My sister Jenny and I had been trying to plan a trip together. (It had been almost 2 years since our last (rather memorable) climbing trip together.) The criteria: good exercise, great views, nice high camp, and some peaks to climb. The Snowfield area quickly moved to the top of the list. We had three days, and figured that in this amount of time we could climb all of the major objectives in the area: Snowfield, Colonial, Pyramid, Pinnacle, and Paul Bunyan's Stump. The weather looked a bit questionable, but NOAA promised sun for the second and third day. Sure enough, after arriving at camp in a chilly whiteout the first day, we woke up surrounded by mountains gleaming under the cloudless and calm skies. And a wonderful romp over glaciers and summits ensued. The Cascades at their best.
The following page gives maps, route overlays, photos, videos, commentary, and the continuing adventures of a particular tiny stuffed mountain goat. Enjoy!
• MAP / ITINERARY•
Topo map of our GPS track.
3D Google Earth view of our adventures.
Day 1: (6.6 miles, 7130' gain, 1640' loss, 7 hours)
From Pyramid Lake trailhead (1150 ft) on HWY 20, we hiked 2.1 miles to Pyramid Lake (2600 ft), then followed a climbers' trail steeply south to the ridge crest and then along the ridge to the base of Pyramid Peak. Here, we set up the tent and weathered out inclement weather for a few hours, then packed up, descended to the Colonial Glacier, traversed/ascended to the Colonial-Neve Glacier col (6840 ft), set up camp, and did logic puzzles for the rest of the evening.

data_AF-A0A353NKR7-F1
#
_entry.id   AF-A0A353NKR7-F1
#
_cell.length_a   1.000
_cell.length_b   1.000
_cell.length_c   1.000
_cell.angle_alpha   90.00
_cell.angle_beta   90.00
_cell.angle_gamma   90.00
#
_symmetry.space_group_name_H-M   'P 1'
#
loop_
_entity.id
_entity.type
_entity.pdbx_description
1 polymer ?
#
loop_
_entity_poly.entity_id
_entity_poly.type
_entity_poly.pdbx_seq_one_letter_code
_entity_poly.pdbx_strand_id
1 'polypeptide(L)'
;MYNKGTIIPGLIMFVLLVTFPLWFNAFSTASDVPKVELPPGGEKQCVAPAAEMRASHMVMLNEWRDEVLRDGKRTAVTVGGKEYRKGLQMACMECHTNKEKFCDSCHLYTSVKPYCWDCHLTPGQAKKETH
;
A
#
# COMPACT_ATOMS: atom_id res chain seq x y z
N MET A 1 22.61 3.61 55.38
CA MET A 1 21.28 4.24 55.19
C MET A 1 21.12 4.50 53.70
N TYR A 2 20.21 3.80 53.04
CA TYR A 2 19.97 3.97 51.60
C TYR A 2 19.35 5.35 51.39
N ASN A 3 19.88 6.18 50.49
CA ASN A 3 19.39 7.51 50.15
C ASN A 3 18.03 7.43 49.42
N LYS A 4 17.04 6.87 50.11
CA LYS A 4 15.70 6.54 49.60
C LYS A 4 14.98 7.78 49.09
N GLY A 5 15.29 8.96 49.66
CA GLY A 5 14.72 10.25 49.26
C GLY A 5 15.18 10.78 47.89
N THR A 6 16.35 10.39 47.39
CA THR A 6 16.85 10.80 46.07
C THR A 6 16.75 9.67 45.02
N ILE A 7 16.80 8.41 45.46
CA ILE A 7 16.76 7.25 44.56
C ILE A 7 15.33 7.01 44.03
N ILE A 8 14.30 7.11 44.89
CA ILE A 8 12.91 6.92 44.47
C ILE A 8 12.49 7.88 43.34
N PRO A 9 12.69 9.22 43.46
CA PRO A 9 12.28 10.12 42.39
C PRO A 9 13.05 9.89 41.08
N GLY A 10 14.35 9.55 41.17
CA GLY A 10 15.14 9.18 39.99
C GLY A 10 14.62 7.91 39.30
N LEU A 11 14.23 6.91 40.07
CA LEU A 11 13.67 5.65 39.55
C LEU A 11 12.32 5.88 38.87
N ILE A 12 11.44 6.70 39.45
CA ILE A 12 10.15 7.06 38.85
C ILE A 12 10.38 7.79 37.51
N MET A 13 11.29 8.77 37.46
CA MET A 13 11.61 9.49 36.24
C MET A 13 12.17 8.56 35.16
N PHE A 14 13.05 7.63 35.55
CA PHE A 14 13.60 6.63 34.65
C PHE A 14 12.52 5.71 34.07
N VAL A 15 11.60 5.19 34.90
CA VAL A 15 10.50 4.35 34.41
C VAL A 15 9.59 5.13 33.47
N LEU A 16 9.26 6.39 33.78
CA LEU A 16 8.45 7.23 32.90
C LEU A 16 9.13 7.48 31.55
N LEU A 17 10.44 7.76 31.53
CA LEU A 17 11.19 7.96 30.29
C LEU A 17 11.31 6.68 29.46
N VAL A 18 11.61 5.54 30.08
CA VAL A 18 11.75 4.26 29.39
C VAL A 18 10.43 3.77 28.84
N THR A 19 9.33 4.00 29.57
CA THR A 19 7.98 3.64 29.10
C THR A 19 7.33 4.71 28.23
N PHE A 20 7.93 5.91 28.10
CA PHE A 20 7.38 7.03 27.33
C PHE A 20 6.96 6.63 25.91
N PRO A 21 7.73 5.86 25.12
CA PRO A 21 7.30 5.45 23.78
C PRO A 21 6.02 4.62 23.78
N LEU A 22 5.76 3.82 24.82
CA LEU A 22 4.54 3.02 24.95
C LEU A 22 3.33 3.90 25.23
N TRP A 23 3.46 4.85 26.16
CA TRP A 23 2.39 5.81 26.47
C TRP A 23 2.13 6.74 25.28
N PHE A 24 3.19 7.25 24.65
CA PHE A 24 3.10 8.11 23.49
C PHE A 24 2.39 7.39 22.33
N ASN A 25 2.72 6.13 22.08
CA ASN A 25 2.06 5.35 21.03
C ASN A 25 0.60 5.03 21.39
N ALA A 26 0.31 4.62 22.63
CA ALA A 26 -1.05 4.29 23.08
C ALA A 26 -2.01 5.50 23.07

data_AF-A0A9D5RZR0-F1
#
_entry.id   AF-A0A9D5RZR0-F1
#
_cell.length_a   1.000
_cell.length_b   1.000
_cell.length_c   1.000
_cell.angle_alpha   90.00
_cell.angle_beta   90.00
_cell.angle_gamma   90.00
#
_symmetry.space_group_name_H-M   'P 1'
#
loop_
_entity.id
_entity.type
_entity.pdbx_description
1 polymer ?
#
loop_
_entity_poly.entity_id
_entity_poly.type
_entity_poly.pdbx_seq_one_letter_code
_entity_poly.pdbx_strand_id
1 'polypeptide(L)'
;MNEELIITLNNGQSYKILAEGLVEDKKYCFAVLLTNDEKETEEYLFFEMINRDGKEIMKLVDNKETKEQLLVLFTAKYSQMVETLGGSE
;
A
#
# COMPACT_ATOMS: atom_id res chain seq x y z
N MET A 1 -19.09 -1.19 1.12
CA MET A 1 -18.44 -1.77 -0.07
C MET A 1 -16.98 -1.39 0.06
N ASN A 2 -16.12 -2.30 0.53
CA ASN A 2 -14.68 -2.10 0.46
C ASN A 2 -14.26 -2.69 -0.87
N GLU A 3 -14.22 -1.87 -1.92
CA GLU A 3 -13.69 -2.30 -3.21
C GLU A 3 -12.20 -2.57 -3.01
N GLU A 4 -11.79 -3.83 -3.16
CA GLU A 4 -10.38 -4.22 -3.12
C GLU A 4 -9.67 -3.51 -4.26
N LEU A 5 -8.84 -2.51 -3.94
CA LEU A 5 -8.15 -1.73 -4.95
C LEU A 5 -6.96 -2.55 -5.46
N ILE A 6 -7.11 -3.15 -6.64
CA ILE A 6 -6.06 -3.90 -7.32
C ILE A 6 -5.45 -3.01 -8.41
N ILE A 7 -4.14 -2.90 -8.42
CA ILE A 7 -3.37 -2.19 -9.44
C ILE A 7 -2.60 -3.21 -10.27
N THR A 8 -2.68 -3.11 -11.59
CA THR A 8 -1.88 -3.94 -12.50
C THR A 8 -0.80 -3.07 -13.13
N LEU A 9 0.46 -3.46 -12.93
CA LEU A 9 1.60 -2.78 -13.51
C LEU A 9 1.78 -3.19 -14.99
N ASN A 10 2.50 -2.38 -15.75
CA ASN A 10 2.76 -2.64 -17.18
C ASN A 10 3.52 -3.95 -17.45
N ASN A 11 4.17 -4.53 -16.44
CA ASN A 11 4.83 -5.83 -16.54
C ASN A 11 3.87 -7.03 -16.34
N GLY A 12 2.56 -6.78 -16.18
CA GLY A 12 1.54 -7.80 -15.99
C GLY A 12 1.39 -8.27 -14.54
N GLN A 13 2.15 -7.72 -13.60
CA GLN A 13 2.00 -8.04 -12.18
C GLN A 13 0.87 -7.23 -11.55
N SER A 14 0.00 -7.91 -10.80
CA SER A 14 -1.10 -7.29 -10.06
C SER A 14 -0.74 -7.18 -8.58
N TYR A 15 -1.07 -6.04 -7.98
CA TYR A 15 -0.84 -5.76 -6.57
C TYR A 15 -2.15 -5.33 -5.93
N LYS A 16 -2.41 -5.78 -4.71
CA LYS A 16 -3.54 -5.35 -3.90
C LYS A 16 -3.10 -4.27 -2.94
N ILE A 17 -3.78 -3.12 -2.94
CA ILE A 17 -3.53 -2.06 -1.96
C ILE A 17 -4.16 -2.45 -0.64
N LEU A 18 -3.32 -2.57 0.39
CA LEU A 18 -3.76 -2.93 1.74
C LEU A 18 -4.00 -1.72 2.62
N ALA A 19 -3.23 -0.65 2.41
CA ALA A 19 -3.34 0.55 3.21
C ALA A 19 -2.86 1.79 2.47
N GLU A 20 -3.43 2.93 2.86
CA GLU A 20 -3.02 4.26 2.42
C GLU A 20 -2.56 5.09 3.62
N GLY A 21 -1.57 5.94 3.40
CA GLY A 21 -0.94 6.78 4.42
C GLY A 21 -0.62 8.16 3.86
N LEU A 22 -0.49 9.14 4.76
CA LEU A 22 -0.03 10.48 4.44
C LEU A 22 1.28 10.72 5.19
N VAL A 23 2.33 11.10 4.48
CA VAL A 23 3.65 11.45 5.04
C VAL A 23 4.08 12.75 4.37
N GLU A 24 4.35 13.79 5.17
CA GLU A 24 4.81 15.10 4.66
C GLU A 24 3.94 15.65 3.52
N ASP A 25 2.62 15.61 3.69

Day 2: (9.7 miles, 6230' gain/loss, 13 hours)
Climbed Snowfield Peak(8347 ft) via its standard West Ridge route.
Attempted to climb The Horseman but decided against it when we encountered slippery black lichen. We proceeded to scramble up a couple of small spires along the ridge to the west before we descended the Neve Glacier back to the Colonial-Neve Glacier col.
Climbed Pyramid Peak(7182 ft) via its standard South Slope route. Then climbed Pinnacle Peak(7360 ft) via its North Ridge and descended via its SW Route. Then climbed Paul Bunyan's Stump(7480 ft) via its SW Route.
Returned to camp at the Colonial-Neve Glacier col.
Day 3: (7.2 miles, 2320' gain, 7880' loss, 9 hours)
Packed up camp and descended to the Colonial Glacier.
Climbed Colonial Peak(7771 ft) via its standard West Ridge route.
Hiked out to the car the same way we came in.
Total trip mileage: 23.5 miles (according to my GPS) Total trip elevation gain/loss: ~15,700' cumulative (according to my GPS)
•PHOTOS! EXPANDED TRIP REPORT•
Day 1: Approach
We began the trip on a day where the forecast called for rain, maybe snow, and gusty winds. Fortunately, the trail between Pyramid Lake and the ridgecrest was steep enough to keep us warm in this "this is July?' wintery weather. Just another typical summer day in the Cascades.